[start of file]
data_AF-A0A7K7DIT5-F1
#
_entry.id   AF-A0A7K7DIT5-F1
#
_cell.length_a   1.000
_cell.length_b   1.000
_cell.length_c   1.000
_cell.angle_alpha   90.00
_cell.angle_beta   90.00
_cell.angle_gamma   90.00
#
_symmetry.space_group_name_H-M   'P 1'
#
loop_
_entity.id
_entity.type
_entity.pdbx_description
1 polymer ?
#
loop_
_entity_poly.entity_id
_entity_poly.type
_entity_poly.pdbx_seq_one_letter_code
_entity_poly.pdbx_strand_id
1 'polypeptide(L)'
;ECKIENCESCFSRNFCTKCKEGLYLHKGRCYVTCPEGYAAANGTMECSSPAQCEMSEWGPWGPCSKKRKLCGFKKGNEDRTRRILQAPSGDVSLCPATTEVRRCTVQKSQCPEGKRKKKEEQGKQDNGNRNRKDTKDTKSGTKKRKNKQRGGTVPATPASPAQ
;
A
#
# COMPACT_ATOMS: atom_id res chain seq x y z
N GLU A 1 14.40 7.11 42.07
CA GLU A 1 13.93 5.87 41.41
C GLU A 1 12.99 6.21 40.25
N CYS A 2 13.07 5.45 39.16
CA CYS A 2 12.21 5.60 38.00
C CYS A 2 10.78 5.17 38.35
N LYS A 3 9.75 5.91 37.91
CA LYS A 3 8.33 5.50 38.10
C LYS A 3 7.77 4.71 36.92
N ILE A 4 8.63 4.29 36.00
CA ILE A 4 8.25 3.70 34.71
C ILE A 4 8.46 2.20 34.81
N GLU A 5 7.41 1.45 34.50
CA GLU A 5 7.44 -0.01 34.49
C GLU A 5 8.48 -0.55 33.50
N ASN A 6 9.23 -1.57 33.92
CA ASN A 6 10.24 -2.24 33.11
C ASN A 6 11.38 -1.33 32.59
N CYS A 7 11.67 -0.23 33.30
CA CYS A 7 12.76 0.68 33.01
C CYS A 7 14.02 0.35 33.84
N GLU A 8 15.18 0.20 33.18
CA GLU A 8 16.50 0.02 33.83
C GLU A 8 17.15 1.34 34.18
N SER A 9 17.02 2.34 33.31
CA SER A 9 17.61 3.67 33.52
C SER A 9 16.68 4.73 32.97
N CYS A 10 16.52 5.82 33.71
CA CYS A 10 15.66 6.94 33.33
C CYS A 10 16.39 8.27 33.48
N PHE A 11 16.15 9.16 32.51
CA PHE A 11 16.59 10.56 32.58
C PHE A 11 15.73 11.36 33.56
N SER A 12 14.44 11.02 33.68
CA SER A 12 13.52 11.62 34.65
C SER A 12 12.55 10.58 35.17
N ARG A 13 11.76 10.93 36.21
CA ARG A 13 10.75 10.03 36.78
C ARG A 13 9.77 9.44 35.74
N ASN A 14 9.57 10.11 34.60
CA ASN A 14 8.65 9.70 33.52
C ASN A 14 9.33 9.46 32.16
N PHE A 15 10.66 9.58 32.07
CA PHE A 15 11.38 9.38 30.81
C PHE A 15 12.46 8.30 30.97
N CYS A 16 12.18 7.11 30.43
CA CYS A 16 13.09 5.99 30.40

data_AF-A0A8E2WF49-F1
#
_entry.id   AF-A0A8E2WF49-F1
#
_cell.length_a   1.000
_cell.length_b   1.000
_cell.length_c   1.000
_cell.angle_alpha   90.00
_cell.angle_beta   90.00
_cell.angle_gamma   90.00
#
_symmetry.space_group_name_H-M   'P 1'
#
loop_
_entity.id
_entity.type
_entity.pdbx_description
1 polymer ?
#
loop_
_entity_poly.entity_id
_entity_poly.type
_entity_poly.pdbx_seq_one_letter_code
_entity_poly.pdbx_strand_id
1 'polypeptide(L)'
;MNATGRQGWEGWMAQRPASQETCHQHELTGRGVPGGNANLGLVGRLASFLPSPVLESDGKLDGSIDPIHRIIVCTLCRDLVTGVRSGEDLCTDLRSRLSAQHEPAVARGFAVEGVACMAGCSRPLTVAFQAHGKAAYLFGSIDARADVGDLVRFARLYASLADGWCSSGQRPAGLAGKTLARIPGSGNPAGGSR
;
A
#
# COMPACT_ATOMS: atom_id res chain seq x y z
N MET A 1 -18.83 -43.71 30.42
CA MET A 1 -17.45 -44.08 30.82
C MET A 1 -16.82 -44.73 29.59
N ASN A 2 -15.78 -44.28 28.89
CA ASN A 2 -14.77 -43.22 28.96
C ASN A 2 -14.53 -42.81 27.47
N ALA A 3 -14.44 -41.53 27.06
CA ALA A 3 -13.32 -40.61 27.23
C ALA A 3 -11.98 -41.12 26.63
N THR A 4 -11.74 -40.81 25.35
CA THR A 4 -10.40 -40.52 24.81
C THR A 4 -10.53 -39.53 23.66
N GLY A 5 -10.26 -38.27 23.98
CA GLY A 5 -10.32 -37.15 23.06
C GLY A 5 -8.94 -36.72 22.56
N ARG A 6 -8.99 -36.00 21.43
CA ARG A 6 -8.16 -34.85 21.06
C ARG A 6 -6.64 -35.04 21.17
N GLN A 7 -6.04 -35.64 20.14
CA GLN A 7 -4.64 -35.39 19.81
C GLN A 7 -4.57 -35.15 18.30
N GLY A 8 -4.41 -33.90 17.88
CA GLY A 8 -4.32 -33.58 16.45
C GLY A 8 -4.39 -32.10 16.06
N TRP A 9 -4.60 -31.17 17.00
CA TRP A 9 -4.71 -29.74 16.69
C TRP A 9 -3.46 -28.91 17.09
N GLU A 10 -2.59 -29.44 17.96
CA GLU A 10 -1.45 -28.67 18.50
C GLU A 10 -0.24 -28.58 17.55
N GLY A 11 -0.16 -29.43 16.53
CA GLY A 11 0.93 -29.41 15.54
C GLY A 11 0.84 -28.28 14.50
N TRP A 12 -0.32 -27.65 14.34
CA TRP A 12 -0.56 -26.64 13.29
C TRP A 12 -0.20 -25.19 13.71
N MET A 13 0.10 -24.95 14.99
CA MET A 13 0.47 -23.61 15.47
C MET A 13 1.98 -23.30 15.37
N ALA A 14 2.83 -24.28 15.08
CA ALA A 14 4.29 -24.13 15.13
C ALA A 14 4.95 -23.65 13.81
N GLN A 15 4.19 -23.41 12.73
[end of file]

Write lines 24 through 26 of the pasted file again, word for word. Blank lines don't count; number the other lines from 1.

_entity_poly.pdbx_strand_id
1 'polypeptide(L)'
;ECKIENCESCFSRNFCTKCKEGLYLHKGRCYVTCPEGYAAANGTMECSSPAQCEMSEWGPWGPCSKKRKLCGFKKGNEDRTRRILQAPSGDVSLCPATTEVRRCTVQKSQCPEGKRKKKEEQGKQDNGNRNRKDTKDTKSGTKKRKNKQRGGTVPATPASPAQ